Monday, July 12, 2010

A New, Beautiful Kinot. Is it Too Beautiful?

Someone recently asked me, "Is there a minhag to use junky Kinot on Tisha B'av?" I had never heard of such a minhag, but I had heard of a different custom - to throw away our kinot each year after we use them.
The discussion begins with a comment of the Levush (on Orach Chayim 559:1)
וכל ימיי תמהתי: כיון שנוהגים לקרות איכה בציבור ולברך 'על מקרא מגילה', מדוע לא נהגו לכתוב מגילת איכה כמו מגילת אסתר על קלף וספר בפני עצמו כדין כל הספרים שצריכים לצאת בהם ידי חובתם בציבור? ואפשר שנהגו כן מפני שלא היה מצוי להם, מפני שהסופרים לא נהגו לכותבם משום שאנו מחכים ומצפים בכל יום שיהפוך לנו יום זה לששון ולשמחה ולמועד. ואם היו כותבים מגילת איכה, היו נראים כמתייאשים מן הגאולה חלילה. מה שאין כן במגילת פורים כי ימי הפורים לא יהיו מבוטלים לעולם. ולפיכך על-ידי הדחק נהגו לקרות איכה מתוך החומשים ואחר-כך אומרים הקינות
I always wondered: Since we have the custom to read Eichah communally and recite the blessing of "al mikra megillah", why did we not have the custom to write a complete Megillat Eichah like Megillat Esther on a klaf, as a unique whole book, like all the other books that have this requirement in order to fulfill the requirement of a public reading? Perhaps they had this custom [to read out of the Chumash] because [a whole Megillat Eichah] was not available to them, because the scribes didn't want to write any because we wait and expect each day that the day [of Tisha B'av] will be transformed for us into a day day of joy and rejoicing and holiday. And if they would write a Megillat Eichah, they would seem to be abandoning hope of the redemption, God forbid, something that is not true about Megillat Esther, for Purim will never be annulled (even after the Redemption). For this reason, we are forced to recite Megillat Eichah out of Chumashing, and then we recite the Kinot.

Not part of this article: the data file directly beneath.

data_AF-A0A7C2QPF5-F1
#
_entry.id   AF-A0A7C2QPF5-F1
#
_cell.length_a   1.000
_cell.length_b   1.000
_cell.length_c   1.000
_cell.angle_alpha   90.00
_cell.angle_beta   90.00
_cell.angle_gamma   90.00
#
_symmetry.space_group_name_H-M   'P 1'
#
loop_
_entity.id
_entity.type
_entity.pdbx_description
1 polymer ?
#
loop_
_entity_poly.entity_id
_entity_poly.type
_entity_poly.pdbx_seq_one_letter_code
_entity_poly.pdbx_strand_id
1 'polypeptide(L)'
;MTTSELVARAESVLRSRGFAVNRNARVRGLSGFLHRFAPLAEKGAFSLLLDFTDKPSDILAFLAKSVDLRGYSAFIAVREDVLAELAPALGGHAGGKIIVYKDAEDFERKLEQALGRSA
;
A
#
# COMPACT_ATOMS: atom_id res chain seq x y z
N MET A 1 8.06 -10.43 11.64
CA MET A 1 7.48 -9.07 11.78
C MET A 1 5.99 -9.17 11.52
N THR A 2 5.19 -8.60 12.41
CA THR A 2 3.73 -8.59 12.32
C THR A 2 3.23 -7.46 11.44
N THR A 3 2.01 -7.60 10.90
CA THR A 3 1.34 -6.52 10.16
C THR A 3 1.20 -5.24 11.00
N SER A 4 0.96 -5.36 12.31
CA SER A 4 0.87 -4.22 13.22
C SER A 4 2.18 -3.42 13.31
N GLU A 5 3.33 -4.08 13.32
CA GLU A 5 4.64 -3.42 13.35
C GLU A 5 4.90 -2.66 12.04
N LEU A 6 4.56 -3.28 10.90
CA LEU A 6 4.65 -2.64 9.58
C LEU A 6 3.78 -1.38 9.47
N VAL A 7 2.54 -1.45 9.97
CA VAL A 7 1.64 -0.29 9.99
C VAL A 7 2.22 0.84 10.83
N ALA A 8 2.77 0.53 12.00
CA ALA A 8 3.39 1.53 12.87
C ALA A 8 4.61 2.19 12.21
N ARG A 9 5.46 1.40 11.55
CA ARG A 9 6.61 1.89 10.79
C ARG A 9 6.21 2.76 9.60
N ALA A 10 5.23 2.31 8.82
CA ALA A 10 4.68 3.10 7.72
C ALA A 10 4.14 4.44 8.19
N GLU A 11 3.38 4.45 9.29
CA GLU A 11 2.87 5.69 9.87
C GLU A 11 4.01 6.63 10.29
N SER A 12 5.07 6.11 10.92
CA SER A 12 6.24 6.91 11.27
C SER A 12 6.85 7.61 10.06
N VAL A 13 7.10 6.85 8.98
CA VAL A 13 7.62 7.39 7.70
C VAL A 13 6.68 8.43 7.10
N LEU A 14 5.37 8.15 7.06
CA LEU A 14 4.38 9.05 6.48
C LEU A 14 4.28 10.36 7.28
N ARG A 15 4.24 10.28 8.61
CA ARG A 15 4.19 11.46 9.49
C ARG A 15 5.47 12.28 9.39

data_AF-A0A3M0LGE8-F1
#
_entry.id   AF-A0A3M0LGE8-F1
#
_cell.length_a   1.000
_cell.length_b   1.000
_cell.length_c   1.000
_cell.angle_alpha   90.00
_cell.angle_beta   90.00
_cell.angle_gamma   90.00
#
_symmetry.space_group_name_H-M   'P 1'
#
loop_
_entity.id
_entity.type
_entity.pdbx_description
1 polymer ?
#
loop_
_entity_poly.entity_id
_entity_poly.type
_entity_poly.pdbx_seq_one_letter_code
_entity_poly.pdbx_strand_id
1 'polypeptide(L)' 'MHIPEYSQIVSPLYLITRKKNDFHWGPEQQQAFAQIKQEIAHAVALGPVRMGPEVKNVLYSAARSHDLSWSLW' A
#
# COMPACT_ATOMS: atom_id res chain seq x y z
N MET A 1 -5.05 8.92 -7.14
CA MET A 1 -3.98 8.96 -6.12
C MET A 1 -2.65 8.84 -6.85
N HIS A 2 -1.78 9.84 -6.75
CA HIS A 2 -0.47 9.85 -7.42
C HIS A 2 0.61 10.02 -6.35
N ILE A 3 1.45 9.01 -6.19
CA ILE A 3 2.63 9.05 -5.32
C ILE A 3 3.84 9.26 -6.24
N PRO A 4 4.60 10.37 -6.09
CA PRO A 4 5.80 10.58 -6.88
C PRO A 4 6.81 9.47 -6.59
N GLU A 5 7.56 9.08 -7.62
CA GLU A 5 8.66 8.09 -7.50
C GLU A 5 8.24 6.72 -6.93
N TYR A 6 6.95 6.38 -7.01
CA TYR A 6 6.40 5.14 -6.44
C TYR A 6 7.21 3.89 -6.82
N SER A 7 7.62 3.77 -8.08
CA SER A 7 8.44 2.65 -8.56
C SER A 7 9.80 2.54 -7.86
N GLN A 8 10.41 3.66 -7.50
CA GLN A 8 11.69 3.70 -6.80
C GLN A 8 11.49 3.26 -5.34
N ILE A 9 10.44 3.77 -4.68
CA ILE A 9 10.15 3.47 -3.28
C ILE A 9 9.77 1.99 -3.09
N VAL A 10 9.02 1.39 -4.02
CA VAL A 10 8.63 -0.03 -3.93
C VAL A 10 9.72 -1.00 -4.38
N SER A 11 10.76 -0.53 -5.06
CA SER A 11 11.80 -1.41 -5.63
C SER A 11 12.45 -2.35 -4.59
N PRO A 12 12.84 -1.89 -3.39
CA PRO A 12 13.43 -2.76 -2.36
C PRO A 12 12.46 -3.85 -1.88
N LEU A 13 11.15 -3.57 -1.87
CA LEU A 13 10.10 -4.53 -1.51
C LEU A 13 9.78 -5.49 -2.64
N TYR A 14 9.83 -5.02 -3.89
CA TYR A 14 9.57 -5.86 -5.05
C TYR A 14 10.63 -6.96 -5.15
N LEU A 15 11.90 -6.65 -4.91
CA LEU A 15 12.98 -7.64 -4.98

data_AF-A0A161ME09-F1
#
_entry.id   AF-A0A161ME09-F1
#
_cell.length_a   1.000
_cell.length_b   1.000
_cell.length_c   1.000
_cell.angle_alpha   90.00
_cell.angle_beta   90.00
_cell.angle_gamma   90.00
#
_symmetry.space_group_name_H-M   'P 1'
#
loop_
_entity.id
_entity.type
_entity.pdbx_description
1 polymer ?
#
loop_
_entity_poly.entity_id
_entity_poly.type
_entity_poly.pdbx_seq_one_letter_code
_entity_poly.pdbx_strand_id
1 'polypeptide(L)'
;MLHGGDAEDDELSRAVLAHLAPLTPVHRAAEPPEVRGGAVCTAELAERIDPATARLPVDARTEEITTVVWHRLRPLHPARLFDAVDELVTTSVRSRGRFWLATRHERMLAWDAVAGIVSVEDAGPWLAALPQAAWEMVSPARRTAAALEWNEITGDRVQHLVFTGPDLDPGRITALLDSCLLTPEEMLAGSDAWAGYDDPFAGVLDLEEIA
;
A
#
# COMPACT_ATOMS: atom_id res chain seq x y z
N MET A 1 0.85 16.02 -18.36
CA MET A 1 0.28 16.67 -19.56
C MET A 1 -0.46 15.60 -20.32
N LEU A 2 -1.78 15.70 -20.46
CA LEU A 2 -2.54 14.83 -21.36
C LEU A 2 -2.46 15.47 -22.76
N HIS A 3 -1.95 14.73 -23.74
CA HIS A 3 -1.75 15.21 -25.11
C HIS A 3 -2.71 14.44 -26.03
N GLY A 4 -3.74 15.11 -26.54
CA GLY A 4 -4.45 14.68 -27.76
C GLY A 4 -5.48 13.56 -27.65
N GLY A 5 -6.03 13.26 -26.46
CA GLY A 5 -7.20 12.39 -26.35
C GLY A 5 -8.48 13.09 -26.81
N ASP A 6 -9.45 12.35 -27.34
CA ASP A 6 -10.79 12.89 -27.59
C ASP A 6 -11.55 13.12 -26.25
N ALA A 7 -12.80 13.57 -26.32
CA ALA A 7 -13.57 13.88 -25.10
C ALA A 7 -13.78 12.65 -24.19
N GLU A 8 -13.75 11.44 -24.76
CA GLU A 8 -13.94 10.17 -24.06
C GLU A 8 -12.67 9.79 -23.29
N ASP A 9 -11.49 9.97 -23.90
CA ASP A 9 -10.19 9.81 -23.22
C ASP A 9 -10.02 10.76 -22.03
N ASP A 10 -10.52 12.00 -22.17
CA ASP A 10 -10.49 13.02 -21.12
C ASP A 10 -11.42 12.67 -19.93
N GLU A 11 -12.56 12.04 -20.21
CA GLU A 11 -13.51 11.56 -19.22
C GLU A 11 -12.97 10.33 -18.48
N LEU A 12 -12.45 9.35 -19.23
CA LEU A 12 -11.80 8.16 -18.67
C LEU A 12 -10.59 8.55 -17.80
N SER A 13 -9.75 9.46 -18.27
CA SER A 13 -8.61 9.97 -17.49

This comment formed the basis for a limited custom (found mostly in Chassidic circles) to throw away the Book of Kinot each year. Indeed, most people can remember a time in shul when we recited the Kinot out of cheap booklets (that were as hard to read as they were to understand). How the times have changed.
Artscroll, of course, published a very popular version of Kinot that helps most people at least understand what they're saying during the service. Now the OU and Koren Publishing have published a new, beautiful version of Kinot complete with an updated translation and commentary from Rav Soloveitchik. It's a wonderful resource I'm sure (I haven't seen it yet), and an important way to find greater meaning on Tisha B'av.
But, along the lines of the Levush's thinking, I am forced to wonder: with these beautiful hardcover versions of Kinot, are we "abandoning hope of the redemption, God forbid"? If we really thought that we'd need to throw them away, would we invest in purchasing such nice volumes of Kinot in the first place?